Dec, 2021 - By SMI
A new study led by the researchers of University of California have suggested that persistent ‘brain fog’ and other neurological symptoms after recovering from COVID-19 might be result of post-traumatic stress disorder (PTSD), and this effect is observed in preceding human coronavirus outbreaks including SARS and MERS. Researchers informed that some people who have recovered from COVID-19 encounter lasting difficulties in concentration, fatigue or sleep disruptions, headaches, and anxiety, and in this cases most of the patients fear that the infection resulted in permanent damage in their brains.
Dr. Levine stated, “The idea is to raise awareness among neuropsychologists that PTSD is something you might want to consider when evaluating persistent cognitive and emotional difficulties among COVID- 19 survivors. If we identify a psychiatric illness during our evaluation, and if we believe that condition's symptoms are interfering with their ability to perform at their best, we would want that treated first, and then retest them once it's under control.”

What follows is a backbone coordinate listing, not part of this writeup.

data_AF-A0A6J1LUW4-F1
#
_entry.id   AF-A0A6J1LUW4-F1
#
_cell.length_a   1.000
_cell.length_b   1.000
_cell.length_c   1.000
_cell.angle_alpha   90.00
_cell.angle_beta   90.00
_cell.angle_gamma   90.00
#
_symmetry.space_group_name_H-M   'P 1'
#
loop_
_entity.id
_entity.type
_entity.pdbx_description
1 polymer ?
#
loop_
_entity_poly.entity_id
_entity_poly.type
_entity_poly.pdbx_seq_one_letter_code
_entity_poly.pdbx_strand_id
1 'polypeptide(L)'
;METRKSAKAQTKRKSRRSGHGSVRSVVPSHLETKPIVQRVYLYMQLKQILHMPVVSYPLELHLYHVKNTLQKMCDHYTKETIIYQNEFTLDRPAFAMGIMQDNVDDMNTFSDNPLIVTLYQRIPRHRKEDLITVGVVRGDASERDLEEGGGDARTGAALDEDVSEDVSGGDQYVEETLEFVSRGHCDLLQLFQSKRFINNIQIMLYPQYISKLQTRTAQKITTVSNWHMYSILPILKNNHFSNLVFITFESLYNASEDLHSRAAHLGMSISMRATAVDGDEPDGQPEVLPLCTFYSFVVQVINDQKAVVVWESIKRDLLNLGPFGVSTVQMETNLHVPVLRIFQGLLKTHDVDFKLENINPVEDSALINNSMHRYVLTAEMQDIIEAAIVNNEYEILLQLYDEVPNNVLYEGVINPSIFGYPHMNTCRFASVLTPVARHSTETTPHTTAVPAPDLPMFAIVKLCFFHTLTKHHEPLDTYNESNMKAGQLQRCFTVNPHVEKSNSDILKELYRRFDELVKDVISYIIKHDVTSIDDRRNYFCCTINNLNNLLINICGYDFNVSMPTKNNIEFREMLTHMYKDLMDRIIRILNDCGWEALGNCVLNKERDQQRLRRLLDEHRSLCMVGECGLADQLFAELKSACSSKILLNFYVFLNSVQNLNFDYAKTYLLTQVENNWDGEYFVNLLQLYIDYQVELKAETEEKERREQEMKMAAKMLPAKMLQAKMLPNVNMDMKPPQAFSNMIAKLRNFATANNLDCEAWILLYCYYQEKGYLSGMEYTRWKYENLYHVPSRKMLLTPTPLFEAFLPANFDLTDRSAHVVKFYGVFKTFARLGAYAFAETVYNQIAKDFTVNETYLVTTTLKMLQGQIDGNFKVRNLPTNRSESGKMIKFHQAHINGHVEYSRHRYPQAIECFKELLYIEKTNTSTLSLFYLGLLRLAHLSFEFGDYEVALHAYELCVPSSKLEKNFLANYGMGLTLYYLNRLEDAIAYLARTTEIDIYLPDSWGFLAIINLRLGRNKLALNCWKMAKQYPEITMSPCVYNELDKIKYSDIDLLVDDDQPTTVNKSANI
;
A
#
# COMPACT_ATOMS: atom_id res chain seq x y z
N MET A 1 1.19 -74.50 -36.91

Furthermore, researchers also suggested that if the symptoms are appropriate for a psychiatric condition such as PTSD, it can be controlled with the help of the treatment, and will also provide a clear opinion on any underlying issues in brain. In addition, researchers also mentioned that if these symptoms continue for months or years after the original injury, it might be due to the incidence of a psychiatric disorder.
Additionally, researchers also mentioned that considering COVID-19 scenario, PTSD symptoms might increase in patients, owing to in response to the invasive measures in the treatment of patients such as, ventilation and intubation, which can be traumatic for some patients. However, many treatments are available for the disorder such as psychotherapy and medications. Researchers concluded that further studies are going on to get a more clear vision on direct neurological effects of COVID-19 in patients.
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